For years, the U.S. has talked about substantially overhauling U.S. patent law so that it conforms with how most of the rest of the world approaches patent rights. Now, it might become a reality. Yesterday, the Senate overwhelmingly passed patent reform legislation, which if signed, will have the greatest effect on patent law in the last fifty years. See Patently-O’s recent post for a good overview of the legislation. It has been reported that the President is likely to sign the Smith-Leahy America Invents Act into law in the next few days. The most significant change will be to move from a first-to-invent country toward a first-to-file country. This change will greatly affect U.S. practitioners’ patent procurement and litigation strategies. See http://www.patentlyo.com/patentreformbillaspassed.pdf for the language of the Act.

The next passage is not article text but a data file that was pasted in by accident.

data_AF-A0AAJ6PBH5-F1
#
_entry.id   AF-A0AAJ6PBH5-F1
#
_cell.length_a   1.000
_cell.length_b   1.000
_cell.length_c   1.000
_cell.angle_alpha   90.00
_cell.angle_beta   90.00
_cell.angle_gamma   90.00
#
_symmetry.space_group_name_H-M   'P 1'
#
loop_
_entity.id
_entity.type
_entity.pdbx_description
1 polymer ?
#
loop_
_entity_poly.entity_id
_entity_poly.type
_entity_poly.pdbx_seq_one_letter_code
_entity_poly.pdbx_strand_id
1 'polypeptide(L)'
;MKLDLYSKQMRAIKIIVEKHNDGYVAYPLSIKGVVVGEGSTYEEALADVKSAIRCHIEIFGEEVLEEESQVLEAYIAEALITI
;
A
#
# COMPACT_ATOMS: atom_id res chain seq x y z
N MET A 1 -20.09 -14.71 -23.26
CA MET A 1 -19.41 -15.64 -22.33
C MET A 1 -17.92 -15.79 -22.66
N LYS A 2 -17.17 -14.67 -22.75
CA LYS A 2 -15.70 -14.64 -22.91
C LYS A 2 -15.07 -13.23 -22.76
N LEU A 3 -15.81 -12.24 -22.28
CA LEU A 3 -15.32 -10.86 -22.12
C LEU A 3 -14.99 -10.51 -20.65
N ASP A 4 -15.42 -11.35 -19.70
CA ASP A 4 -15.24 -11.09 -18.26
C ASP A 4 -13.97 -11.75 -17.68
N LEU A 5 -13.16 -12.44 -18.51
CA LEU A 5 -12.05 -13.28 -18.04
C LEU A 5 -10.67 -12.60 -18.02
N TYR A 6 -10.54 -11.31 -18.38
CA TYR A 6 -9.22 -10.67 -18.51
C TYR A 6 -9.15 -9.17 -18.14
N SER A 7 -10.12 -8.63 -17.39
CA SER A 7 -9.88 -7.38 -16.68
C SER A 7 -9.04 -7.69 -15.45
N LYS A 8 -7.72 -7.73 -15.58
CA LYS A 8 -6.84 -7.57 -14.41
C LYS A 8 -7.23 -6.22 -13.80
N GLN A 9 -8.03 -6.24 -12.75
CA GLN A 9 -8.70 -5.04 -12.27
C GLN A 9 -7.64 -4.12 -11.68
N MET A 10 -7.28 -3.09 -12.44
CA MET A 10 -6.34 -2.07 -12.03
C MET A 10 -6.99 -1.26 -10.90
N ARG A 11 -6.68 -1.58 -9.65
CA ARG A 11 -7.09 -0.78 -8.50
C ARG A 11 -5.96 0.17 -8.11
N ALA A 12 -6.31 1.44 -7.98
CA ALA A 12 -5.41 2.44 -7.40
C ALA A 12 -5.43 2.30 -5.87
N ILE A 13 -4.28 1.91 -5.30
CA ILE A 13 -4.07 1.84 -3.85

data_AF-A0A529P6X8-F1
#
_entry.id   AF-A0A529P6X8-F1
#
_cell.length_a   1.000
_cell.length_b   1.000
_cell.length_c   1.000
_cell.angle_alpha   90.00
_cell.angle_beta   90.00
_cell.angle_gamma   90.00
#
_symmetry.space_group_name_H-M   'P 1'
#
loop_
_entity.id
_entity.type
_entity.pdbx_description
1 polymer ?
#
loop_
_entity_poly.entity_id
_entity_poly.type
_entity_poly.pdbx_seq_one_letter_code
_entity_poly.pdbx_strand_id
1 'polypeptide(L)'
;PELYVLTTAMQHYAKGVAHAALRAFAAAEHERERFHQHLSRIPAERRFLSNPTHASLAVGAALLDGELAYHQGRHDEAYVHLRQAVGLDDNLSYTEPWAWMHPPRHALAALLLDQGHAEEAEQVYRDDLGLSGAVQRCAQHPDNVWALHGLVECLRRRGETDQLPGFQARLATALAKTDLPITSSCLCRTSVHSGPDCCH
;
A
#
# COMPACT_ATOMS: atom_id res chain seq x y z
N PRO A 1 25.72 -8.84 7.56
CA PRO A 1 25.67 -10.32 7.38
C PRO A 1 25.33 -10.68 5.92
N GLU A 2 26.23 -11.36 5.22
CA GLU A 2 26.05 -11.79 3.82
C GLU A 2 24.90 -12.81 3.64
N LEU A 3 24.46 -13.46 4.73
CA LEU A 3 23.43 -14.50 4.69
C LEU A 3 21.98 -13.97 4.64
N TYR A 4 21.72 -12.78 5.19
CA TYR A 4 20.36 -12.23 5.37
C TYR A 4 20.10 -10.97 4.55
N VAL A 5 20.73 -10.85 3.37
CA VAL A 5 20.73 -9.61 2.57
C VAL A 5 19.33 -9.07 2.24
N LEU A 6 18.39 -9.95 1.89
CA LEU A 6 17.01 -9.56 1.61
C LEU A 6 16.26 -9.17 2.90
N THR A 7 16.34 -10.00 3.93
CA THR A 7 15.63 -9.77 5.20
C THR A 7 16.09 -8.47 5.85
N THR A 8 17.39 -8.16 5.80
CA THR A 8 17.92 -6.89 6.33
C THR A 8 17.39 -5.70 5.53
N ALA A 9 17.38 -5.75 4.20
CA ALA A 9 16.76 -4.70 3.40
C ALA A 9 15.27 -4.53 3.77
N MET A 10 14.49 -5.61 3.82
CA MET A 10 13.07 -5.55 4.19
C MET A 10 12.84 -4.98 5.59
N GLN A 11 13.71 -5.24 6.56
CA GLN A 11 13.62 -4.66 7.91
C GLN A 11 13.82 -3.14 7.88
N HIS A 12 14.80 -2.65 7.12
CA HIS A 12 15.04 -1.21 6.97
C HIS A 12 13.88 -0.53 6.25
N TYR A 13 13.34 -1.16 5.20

We’ve all heard the phrase, “You can’t judge a book by its cover.” Well, this adage is especially true when looking at an issued patent as there may be valuable information that is not reflected on its face. First, printing errors can occur. Late amendments to the claims of the patent (which define the scope of the protected invention) may not make it into the final version of the patent. Thus, the claims that you are looking at may appear broader than they actually are. This is especially important to know when evaluating potential non-infringement positions. Second, the applicant may have given up significant ground to get its patent granted, which is not necessarily reflected in the patent. For example, the applicant may have distinguished its invention over a prior art system. This could have been done by making claim amendments and arguing their narrow meaning, or by otherwise convincing the U.S. Patent and Trademark Office Examiner that no amendments were necessary because the claims (as written) were sufficiently narrow to get around the prior art. Why is this relevant you ask? Because your company may be practicing a technology that is similar to what the applicant distinguished. In the end, while you should start with the patent, you should read the back and forth correspondence with the U.S. Patent and Trademark Office (known as the “patent prosecution history”) as mistakes can happen and the scope of the patent may not always be as it appears on its face.